Ever since former Secretary Eric Shinseki with the Department of Veterans Affairs was outed in 2014 for overseeing alleged misconduct that involved false waiting lists which were connected to dozens of veterans’ deaths across the United States, many had hoped to begin seeing an improvement of issues within the VA.
It appeared that even before Shinseki resigned and current VA Secretary Robert McDonald stepped in, President Barack Obama was on board to see to it that veterans would finally get the care they had been promised.
Department of Veterans Affairs Secretary Robert McDonald, testifies during a House Committee on Veterans' Affairs hearing on "Scheduling Manipulation and Veteran Deaths in Phoenix: Examination of the OIG's Final Report" on Capitol Hill in Washington, Wednesday, Sept. 17, 2014. AP Photo/Manuel Balce Ceneta
"Let's keep working to make sure that our country upholds our sacred trust to all who've served," Obama told the nation in a Memorial Day 2014 weekly address. "In recent weeks, we've seen again how much more our nation has to do to make sure all our veterans get the care they deserve."
Obama even claimed that making sure veterans got the benefits they deserved was one of the “causes” of his presidency.
“And now that we've ended the war in Iraq, and as our war in Afghanistan ends as well, we have to work even harder as a nation to make sure all our veterans get the benefits and opportunities they've earned," Obama promised.
If we assume that Obama was sincere two years ago when he made his promise to fix the VA, should we then conclude that the issues within the VA have finally been resolved and veterans are now receiving the medical care they have always merited? If you do, then you would be sadly mistaken.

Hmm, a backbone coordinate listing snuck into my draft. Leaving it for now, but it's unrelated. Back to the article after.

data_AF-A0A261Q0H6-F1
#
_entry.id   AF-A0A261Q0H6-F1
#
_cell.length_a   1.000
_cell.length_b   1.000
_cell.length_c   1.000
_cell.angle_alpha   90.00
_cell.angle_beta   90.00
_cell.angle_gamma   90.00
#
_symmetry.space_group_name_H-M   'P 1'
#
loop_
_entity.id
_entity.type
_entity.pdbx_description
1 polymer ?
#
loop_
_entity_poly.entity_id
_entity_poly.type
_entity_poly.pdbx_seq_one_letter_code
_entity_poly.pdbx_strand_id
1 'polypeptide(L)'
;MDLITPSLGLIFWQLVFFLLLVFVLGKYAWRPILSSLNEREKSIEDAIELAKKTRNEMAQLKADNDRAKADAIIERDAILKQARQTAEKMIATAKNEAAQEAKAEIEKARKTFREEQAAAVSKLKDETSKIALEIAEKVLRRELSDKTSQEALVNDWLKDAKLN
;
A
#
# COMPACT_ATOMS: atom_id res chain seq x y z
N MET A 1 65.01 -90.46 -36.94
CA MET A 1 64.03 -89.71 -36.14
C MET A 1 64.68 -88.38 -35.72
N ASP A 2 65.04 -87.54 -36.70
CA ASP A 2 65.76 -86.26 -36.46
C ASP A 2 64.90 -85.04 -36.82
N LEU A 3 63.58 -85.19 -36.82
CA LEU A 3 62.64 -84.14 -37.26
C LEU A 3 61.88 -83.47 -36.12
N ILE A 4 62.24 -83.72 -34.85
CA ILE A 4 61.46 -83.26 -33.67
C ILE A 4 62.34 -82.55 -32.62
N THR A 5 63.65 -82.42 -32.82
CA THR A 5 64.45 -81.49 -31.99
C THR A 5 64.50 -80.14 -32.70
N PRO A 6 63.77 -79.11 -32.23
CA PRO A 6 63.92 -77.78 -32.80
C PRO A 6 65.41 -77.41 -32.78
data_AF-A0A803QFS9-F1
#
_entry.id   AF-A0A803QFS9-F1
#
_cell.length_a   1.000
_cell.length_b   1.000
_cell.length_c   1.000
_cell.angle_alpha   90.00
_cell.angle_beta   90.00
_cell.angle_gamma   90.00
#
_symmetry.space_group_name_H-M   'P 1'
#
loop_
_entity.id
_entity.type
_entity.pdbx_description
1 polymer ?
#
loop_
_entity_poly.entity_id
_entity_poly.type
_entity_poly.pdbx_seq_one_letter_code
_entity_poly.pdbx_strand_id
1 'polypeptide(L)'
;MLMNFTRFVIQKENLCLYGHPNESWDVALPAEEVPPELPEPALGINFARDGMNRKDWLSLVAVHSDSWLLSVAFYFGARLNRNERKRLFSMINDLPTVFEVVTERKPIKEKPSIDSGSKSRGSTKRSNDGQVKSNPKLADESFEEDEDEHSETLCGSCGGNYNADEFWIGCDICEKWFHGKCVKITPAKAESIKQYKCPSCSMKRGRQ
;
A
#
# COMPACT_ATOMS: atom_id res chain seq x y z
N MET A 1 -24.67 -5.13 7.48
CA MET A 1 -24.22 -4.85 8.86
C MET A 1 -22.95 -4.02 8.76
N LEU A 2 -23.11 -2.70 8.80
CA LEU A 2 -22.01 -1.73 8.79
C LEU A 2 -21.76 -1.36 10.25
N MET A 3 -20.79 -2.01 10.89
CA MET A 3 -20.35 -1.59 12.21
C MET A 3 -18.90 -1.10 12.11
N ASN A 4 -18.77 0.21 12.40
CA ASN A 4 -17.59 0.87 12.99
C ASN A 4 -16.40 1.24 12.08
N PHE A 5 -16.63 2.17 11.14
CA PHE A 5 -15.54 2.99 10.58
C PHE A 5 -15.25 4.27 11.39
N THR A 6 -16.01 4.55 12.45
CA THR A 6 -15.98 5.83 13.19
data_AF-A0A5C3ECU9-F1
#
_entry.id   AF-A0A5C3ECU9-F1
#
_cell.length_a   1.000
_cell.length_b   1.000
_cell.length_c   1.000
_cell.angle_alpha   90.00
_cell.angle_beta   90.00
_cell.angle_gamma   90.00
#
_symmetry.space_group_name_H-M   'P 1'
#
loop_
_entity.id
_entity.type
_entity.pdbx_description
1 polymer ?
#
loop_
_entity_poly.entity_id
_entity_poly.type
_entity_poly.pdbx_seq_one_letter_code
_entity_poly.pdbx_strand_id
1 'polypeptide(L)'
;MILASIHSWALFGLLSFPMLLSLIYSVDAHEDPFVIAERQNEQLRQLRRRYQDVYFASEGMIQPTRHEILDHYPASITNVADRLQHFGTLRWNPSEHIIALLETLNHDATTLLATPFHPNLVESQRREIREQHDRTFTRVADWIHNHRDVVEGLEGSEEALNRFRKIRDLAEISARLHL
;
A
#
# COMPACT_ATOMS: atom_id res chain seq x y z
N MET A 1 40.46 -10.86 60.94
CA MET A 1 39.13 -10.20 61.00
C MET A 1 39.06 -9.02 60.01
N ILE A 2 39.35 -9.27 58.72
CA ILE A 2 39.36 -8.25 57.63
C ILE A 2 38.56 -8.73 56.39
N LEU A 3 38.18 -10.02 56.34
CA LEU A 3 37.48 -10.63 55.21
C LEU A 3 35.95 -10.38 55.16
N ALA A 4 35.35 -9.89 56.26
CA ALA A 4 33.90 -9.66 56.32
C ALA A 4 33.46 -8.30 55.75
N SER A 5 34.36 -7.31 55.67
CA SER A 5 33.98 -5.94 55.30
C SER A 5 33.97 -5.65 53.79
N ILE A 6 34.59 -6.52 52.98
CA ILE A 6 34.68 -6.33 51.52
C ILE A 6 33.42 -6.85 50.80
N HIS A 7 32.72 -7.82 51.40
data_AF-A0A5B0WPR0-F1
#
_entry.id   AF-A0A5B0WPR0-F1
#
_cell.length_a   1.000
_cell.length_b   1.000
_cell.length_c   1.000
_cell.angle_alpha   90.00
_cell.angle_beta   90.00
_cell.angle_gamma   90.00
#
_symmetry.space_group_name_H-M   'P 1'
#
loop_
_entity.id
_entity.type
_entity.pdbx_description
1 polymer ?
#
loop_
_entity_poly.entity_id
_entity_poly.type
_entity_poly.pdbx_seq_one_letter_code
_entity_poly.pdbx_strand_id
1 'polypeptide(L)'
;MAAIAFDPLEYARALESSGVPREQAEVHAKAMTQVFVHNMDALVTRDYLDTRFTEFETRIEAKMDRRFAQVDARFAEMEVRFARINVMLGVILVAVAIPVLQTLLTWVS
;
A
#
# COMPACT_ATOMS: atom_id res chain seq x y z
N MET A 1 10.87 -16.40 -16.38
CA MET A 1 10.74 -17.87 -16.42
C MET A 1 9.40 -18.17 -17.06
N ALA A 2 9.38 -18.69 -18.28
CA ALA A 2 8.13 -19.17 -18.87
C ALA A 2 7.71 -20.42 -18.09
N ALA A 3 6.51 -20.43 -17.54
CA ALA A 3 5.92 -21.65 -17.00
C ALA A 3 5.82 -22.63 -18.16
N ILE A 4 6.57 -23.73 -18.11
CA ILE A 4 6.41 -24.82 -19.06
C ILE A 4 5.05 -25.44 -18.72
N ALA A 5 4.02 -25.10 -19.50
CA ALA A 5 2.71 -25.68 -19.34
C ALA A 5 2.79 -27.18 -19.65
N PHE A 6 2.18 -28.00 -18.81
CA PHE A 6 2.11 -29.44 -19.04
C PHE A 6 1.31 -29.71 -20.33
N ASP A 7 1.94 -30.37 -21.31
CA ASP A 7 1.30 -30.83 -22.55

The most recent example of problems within the VA involves a staff psychologist at its facility in Fort Harrison, Montana. He came under fire by the state licensing Board of Psychologists after performing a brief test on a veteran for a determination of traumatic brain injury or TBI.
Prior to being seen by the VA, the U.S. Army had discharged the veteran with a 70 percent disability. He was diagnosed as having TBI following a car bomb blast in Iraq. The Department of Defense conducted multiple neuropsychological tests on the veteran over a period of years and determined that his cognitive deficits caused by the blast were likely “stable and permanent.”
In order to qualify for benefits that Obama has referred to as a “sacred obligation,” the veteran was ordered to be re-evaluated. The VA psychologist ignored the findings of the Army and used a brief screening tool called an RBANS to conclude that if the veteran “had a cognitive impairment in the past, it is likely that this has been resolved.”
Pedestrians walk past the U.S. Department of Veterans Affairs (VA) headquarters in Washington, D.C., U.S., on Friday, May 10, 2013. The department's funding has jumped more than 40 percent to about $140 billion this year, compared with fiscal 2009, a boost to help the agency cope with a surge of new veterans returning home from the wars in Iraq and Afghanistan. (Getty Images/Andrew Harrer)